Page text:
What do you do and what do you think?

It's like the terminology too becomes a questionable issue-"physically challenged" is probably the preferred term, not disabled or handicapped. I would never want to insult any challenged person, that was a big part of how I was raised and I guess I've always been very sensitive to that.
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Old 03-22-2006, 07:31 PM   #2
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I always offer to help - but like you, I ask permission first rather than just assuming that help is needed or wanted, i.e. "Can I get that door for you?". This puts the person with the disability in control of the outcome.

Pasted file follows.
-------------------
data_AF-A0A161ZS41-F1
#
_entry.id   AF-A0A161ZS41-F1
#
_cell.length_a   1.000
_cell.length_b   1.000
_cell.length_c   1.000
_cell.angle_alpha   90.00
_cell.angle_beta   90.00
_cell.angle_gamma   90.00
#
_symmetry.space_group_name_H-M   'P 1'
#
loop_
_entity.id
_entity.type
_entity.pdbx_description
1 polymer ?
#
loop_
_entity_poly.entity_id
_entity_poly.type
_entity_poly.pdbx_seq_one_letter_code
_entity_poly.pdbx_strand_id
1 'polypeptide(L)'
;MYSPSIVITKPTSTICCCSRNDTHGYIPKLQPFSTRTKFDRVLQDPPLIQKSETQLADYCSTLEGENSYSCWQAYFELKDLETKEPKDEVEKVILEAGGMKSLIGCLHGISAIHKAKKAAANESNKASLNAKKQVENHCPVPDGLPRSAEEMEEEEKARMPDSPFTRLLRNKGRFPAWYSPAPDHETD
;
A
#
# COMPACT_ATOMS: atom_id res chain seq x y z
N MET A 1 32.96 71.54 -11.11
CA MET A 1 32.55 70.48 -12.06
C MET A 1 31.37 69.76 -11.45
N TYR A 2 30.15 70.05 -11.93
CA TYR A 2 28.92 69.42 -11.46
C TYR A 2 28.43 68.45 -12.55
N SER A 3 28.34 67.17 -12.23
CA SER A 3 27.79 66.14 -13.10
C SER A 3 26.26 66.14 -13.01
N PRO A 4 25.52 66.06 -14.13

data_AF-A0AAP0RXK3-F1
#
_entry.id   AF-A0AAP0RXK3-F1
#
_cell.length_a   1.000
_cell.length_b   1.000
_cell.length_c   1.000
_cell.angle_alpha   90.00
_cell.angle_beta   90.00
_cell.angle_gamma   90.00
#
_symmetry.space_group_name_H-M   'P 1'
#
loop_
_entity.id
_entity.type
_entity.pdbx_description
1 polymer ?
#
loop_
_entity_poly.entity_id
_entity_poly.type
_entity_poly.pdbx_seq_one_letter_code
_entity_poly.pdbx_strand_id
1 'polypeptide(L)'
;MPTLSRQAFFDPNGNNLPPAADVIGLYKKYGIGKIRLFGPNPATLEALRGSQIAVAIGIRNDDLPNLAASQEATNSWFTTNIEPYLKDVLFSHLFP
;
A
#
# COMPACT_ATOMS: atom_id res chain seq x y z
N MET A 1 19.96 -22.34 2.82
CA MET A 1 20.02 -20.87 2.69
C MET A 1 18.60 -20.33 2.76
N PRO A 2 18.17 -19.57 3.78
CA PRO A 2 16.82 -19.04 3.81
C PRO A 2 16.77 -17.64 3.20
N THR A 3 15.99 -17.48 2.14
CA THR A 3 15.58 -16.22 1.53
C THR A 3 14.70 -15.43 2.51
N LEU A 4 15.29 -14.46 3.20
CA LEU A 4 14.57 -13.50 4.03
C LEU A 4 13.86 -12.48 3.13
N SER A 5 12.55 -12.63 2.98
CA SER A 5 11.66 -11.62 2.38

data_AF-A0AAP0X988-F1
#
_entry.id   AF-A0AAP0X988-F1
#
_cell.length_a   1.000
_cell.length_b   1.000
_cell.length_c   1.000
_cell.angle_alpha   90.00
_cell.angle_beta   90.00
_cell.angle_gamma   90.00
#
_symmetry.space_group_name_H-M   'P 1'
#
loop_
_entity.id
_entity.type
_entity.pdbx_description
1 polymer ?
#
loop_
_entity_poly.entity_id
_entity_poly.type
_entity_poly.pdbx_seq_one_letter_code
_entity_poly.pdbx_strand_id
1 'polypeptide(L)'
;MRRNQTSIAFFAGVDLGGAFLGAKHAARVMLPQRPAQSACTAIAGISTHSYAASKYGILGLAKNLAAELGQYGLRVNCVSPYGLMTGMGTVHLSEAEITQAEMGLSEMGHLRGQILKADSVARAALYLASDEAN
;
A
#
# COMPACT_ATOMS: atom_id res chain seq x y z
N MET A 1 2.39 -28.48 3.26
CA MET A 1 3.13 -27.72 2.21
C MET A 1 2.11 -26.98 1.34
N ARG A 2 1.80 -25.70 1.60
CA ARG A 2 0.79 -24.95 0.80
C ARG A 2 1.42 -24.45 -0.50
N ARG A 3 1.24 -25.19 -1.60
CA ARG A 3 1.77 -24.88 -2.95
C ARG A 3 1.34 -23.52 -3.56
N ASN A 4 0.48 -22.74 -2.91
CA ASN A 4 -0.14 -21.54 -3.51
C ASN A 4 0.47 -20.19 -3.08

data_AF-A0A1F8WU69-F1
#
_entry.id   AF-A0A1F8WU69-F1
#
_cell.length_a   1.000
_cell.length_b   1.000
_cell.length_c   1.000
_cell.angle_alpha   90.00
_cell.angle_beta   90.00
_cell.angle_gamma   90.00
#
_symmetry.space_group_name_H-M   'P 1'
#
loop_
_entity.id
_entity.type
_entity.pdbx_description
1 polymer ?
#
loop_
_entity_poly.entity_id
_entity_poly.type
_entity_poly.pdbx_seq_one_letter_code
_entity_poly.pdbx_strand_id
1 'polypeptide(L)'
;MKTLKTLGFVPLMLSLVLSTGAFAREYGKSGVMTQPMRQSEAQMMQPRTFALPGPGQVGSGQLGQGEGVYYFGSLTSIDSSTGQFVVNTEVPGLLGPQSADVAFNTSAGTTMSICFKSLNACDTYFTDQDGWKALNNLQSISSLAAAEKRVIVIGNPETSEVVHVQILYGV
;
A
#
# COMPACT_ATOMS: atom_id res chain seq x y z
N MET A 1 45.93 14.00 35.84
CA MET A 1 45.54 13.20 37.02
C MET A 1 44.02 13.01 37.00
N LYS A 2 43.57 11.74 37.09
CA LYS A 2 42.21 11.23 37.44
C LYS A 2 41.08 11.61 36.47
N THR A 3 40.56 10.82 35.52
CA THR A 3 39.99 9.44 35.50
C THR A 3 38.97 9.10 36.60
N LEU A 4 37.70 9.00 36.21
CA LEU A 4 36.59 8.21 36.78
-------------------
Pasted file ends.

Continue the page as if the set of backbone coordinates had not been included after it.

X 100000 for people who still take time to offer help to others.
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Old 03-22-2006, 08:20 PM   #3
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I always offer help. I've wondered too, what you do on how they might react but it boils down to their being inconvenienced by something just like a mother with a pram and toddler, or someone laden with bags, or someone with a wheelchair, or an elderly person with less mobility, or a pregnant lady. I dont like to view their burdens as anything which sets them apart from the rest of us. And on disabilities, many of us have one. Some are just not visible.